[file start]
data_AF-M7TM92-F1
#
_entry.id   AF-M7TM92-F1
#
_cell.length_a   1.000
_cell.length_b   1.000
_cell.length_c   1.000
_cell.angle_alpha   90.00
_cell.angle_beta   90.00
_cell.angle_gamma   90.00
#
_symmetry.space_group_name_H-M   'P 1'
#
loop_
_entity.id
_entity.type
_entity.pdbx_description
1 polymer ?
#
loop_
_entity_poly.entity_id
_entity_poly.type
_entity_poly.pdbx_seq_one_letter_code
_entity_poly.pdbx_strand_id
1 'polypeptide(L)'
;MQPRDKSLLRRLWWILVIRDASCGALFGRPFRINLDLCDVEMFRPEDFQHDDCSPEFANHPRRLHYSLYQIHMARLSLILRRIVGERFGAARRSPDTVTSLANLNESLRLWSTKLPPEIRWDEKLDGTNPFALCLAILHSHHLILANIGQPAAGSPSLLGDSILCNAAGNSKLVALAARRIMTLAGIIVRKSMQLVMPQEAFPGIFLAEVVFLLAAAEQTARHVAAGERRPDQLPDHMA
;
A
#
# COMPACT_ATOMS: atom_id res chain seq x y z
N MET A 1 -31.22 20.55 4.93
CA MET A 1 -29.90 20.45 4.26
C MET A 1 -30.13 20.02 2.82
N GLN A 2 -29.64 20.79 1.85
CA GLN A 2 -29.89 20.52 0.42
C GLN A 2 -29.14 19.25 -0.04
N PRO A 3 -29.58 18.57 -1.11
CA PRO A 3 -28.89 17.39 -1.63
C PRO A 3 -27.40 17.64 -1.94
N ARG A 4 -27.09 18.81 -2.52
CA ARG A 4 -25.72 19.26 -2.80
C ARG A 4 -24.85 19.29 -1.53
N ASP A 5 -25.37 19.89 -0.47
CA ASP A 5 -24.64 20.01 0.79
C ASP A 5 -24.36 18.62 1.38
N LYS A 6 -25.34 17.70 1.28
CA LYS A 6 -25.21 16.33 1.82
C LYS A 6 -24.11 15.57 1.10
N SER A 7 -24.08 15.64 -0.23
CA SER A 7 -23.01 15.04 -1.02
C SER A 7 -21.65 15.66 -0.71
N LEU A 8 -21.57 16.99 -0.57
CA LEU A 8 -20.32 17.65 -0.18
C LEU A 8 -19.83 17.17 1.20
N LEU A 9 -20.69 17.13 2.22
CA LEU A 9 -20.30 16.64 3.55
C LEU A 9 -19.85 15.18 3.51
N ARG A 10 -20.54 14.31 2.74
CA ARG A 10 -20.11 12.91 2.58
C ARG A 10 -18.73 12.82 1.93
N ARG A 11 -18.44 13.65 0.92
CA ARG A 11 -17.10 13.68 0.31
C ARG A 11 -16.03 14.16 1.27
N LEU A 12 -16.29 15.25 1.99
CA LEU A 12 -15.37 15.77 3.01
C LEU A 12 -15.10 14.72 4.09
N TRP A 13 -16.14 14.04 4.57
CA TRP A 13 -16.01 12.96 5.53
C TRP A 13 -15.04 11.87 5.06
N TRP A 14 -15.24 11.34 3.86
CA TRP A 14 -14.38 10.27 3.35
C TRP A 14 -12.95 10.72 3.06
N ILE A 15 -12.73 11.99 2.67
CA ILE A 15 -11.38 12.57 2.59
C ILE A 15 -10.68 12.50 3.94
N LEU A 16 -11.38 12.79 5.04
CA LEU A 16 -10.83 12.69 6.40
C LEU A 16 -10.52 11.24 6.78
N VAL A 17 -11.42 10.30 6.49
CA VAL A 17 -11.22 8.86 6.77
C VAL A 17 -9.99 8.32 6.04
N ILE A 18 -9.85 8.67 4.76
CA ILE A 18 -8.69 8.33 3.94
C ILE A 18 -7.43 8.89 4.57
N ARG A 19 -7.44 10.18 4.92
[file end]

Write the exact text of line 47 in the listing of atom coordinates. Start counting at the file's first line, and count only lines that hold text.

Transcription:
CA LYS A 6 -25.21 16.33 1.82